That would not help with anything, the total file size would be exactly the same. I can try that thanks, but it takes time to compress and decompress. I don't want them to be waiting for 3 minutes just to save or load their game. [/quote] Combining those two will solve each others' problems, actually. You break the massive world object down into subobjects, and compress those (or encode them in an efficient manner of your own devising, which is really the same thing.) Your world is smaller, as everything is compressed. And since you don't have to decompress it all at once, you don't have huge lag spikes - only the portion being loaded has to be decompressed. It has other benefits too - your RAM usage will be a lot lower, your disk reads will be a lot smaller (though, admittedly, they'll happen less predictably), and so on.
7. ## Looking to start programming, where to start?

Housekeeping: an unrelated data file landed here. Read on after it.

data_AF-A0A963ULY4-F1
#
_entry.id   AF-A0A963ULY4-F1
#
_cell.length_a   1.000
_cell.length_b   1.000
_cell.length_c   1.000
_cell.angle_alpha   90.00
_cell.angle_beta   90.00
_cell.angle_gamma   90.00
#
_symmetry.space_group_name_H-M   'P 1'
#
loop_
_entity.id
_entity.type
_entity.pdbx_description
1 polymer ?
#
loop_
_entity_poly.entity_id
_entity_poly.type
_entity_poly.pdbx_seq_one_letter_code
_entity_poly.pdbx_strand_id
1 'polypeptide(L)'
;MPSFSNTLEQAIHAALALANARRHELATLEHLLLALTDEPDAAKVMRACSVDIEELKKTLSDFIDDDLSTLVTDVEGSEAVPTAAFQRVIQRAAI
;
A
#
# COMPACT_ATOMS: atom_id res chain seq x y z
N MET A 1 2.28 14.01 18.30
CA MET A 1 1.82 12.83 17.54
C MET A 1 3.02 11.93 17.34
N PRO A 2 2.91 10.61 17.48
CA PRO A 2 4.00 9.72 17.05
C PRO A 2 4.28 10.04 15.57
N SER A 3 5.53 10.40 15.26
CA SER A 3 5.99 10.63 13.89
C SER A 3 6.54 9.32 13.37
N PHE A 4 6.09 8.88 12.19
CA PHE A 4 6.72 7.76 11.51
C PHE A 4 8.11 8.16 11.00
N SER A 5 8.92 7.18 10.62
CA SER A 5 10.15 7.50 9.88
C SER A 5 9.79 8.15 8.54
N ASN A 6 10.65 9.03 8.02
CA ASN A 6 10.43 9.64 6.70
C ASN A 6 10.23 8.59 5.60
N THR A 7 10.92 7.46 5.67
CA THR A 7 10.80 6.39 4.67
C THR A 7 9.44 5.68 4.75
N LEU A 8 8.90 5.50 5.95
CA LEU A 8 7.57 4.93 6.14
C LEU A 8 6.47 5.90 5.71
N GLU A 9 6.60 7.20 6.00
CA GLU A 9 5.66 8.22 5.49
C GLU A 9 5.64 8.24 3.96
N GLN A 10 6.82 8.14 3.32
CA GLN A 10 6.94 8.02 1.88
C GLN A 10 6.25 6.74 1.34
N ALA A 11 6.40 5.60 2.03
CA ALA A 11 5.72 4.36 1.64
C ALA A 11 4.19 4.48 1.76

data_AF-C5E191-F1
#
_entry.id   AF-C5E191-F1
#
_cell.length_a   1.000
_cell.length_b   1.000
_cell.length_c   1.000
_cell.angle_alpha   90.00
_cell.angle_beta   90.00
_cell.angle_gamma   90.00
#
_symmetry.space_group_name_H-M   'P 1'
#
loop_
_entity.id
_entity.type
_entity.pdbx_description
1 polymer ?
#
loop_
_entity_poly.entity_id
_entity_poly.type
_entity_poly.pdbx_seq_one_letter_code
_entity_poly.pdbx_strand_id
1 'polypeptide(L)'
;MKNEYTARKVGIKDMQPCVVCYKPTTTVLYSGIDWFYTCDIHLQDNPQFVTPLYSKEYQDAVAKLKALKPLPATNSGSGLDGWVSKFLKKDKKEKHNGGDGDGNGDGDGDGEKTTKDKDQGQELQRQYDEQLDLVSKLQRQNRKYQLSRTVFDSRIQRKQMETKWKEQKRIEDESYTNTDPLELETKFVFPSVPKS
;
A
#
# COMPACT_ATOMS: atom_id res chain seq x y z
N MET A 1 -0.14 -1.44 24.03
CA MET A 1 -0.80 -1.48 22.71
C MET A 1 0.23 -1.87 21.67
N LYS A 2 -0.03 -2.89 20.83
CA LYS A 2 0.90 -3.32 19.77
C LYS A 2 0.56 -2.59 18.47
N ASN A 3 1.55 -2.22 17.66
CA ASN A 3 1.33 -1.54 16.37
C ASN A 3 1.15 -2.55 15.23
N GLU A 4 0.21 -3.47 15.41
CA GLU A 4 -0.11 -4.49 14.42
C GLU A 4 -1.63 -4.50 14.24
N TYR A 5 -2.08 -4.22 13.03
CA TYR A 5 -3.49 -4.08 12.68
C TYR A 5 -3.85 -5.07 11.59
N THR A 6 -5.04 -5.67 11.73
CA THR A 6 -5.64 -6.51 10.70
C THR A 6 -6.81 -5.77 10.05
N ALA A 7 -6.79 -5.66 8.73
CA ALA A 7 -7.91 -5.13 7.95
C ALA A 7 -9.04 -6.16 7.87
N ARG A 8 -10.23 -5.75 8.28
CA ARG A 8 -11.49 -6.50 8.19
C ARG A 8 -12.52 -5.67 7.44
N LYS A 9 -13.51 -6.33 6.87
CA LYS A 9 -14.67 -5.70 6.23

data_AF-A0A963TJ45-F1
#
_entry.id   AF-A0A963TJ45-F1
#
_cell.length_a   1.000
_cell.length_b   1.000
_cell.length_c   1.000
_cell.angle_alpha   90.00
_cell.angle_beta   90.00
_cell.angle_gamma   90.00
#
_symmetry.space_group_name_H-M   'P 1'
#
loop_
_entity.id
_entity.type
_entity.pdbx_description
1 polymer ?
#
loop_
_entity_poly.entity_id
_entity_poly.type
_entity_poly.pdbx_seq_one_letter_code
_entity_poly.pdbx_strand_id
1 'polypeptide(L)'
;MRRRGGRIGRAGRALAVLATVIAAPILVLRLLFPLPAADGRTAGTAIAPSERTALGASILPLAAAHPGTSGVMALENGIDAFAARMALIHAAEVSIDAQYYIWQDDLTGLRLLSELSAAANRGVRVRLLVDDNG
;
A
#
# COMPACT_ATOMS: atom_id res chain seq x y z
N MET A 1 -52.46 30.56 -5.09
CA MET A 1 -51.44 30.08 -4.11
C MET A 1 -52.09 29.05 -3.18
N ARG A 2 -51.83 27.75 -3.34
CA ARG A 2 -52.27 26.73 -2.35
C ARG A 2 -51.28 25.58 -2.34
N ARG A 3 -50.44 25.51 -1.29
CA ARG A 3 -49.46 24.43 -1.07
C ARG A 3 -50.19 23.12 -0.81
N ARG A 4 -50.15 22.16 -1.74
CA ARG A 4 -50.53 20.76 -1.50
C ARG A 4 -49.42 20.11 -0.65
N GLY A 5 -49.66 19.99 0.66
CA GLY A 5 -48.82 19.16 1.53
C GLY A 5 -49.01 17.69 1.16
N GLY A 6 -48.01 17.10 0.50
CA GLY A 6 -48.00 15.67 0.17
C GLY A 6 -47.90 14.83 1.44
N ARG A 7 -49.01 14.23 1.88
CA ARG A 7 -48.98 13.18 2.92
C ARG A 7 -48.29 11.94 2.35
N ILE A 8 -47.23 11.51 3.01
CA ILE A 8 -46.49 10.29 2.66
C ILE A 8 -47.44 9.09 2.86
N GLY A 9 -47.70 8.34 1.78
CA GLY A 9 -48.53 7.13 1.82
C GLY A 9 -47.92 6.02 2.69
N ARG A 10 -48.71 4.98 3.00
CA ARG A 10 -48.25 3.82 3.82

Inukai linked to some good posts. I answered another topic with a post that may be of some help here. Basically, I'd recommend checking out university websites that have online computer science departments. MIT is the one I use the most, but there are others out there. Of course, going through all the courses is unnecessary unless you have the goal of learning computer science rather than just getting the ability to code games, but the foundations of the introductory courses will serve you well in programming. Another pretty good advantage is you won't be stuck thinking "what should I program...?". The professors already have laid out exercises to teach you fundamental things like using classes and recursion, which, personally, was exactly what I needed and is something a lot of tutorials don't provide. As for 'good programs to program with', are you talking about the text editors and development environments that you can program in? Those will be very language dependent. Python usually comes bundled with IDLE, which is an excellent (in my opinion) environment. For C++, I liked Code::Blocks, but my libraries got all screwed up recently so I started using the command line. I've never programmed in Java, but I know people recommend Eclipse and NetBeans. I would probably recommend starting with Python - the two main reasons I've seen people try to start with C/C++ is because it's the industry standard and it's so fast. The reason it's the industry standard is partially just based on inertia, and industries tend to use what they know because it's what they know, rather than because it's actually better, so don't read too much into that. As for speed, it is certainly very fast - but a good coder with good knowledge of algorithms will be able to write something faster in Python in about a fifth the time it takes a newcomer to write a less elegant solution. People get pretty obsessed with speed (myself included), but the truth is that if a program is running slowly in Python, it's probably because the programmer took the naive approach and brute forced a solution rather than implementing an efficient algorithm. And if you're just starting out, Python is good because it's not going to make you deal with some of the nasty, nasty low level stuff that C++ does. I have spent far more time hunting down segfaults than is reasonable, because I jumped into C++ before I knew how to handle its power.